One of the fundamental beliefs that we hold at our centres—Sunshine Coast Health Centre and Georgia Strait Womens Clinic—is that everyone deserves to be treated with kindness, empathy, and compassion, regardless of their circumstances, past decisions and life events.
One of the ways that we uphold that belief is by practicing and encouraging Unconditional Positive Regard (UPR). In this article, we’ll be discussing what UPR is, how it benefits clients in treatment and recovery, and how it can be implemented at all levels of care.
What is Unconditional Positive Regard?
At its core, Unconditional Positive Regard is about accepting and valuing individuals. The concept was first introduced by psychologist Carl Rogers in the 1950s as a key component of his humanistic approach to therapy. The American Psychological Association (APA) defines UPR as “an attitude of caring, acceptance, and prizing that others express toward an individual irrespective of their behaviour and without regard to the others’ personal standards.”
It is often contrasted with conditional positive regard, wherein acceptance and esteem are provided to people on a basis that depends on the acceptability of their behaviour based on our own opinions of what is “good” or “bad”.
UPR continues to be a fairly controversial topic in psychology, especially when it comes to issues related to addiction and substance use, which are deeply intertwined with guilt, shame, and stigma. In our opinion, much of the controversy around UPR is based on misunderstanding the concept. In the section below, we debunk some common misconceptions.
Unconditional Positive Regard Does Not Mean…
1. Accepting All Behaviours
One common misconception about UPR is that it means accepting or validating all behaviours, even harmful ones. It’s really important to note that UPR does not preclude us from having boundaries towards harmful or destructive behaviours or ignoring the consequences of those behaviours. Rather, it means accepting the person and their experiences without judgment as a way to support them in moving forward.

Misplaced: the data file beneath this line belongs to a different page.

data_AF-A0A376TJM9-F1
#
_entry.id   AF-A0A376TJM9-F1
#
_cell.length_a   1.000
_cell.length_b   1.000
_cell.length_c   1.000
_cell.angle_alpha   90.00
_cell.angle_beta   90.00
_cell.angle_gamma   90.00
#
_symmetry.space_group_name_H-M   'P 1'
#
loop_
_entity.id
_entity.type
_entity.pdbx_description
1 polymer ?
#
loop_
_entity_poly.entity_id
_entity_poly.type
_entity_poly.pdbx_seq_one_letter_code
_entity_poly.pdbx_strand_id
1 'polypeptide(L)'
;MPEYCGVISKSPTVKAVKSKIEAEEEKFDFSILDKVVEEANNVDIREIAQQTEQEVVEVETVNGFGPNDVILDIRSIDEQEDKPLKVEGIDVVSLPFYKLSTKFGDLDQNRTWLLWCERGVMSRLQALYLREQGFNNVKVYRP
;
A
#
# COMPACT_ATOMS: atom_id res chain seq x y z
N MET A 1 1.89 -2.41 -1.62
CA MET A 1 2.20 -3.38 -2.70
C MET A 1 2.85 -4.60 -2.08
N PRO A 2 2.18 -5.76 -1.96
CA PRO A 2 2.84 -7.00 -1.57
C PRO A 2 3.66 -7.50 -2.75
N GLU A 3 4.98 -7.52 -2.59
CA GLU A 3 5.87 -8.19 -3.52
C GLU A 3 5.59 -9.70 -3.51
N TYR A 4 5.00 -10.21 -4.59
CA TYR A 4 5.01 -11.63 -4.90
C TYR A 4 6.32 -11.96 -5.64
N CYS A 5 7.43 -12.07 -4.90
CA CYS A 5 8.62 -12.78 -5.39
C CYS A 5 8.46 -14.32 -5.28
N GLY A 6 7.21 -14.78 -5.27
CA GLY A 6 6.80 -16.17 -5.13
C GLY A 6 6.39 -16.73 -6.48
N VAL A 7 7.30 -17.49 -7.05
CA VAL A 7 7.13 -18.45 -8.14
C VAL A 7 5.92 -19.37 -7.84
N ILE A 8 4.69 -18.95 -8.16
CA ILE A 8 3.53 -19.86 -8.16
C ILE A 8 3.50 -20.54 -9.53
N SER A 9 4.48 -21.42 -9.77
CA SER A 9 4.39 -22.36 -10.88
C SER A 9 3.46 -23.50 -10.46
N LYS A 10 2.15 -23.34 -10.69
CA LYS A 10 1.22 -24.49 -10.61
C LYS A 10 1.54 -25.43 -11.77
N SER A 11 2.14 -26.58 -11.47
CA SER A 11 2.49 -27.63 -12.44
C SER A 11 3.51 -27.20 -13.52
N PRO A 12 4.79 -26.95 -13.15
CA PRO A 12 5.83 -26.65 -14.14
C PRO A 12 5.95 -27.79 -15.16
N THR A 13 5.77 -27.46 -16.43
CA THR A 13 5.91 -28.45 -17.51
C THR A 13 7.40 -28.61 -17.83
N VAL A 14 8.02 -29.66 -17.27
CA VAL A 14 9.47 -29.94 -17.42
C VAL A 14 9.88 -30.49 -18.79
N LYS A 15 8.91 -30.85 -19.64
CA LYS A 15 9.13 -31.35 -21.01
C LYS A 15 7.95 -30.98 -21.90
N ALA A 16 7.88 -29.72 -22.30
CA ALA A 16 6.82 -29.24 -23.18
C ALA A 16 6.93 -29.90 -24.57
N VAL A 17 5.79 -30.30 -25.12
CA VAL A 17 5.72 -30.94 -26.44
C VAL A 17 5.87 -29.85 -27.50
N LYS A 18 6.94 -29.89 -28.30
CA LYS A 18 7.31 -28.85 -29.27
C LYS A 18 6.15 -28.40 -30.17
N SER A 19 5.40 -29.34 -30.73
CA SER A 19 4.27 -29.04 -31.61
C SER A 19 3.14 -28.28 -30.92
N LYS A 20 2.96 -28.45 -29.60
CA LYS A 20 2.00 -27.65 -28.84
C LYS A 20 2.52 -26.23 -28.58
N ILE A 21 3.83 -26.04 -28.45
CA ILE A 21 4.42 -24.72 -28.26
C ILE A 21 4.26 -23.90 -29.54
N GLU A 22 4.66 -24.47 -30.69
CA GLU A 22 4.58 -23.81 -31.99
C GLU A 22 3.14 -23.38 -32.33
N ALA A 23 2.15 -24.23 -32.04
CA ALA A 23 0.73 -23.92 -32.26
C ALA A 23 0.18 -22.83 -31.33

Another misconception is that providing UPR means enabling people to continue problematic behaviours. Rather, the role of UPR is to create a supportive environment that helps the person explore their experiences—including the way that their choices affect themselves and others—and ultimately creates the space for them to make positive changes.
3. Avoiding Confrontation
Some folks seem to believe that Unconditional Positive Regard means avoiding confrontation or difficult conversations. But there’s no reason UPR should mean shying away from honest and uncomfortable conversations about the impact of behaviours on themselves and others.
4. Being Overly Optimistic
Unconditional Positive Regard is sometimes associated with a sense of misplaced optimism and even naivete. In practice, UPR is about providing support and encouragement while also acknowledging the challenges and setbacks that may arise during the recovery process.
Some More Considerations For UPR
Unconditional Positive Regard is not just for people who are ready to change. It can be helpful for anyone regardless of their readiness as it provides a supportive space to explore their experiences—which may naturally lead to that readiness.
Unconditional Positive Regard is not a one-time thing that can solve all of a person’s problems. UPR is an ongoing process that requires ongoing practice and is best thought of as an attitude rather than a treatment or intervention.
Unconditional Positive Regard is not only for therapy. While UPR is often associated with clinical treatment, it can be applied in a wide range of settings, including group therapy, peer support groups, and even in interpersonal relationships outside of treatment. Moreover—and this may be a hard pill to swallow—UPR can even be something we apply to ourselves.
How Unconditional Positive Regard Benefits Our Clients
At our centres, we recognize that recovery from addiction, mental health, and trauma is a journey that takes time and effort. In our experience, a human-centred approach that values people’s experiences without villainizing their past or present is foundational to that journey.
By treating everyone with kindness, empathy, and compassion and encouraging others to do the same—which includes extending those values to themselves!—we foster a culture of mutual support and understanding, which lays the foundation for healing. Through our approach, we strive to inspire others to do the same.
Get In Touch Today
Sunshine Coast Health Centre and Georgia Strait Women’s Clinic are world-class centres for addiction and mental health treatment. We take an approach that recognizes the importance of the physical, psychological, social and spiritual aspects of individuals in treatment and recovery. If you or someone you know is struggling with substance use and/or mental health, give us a call today.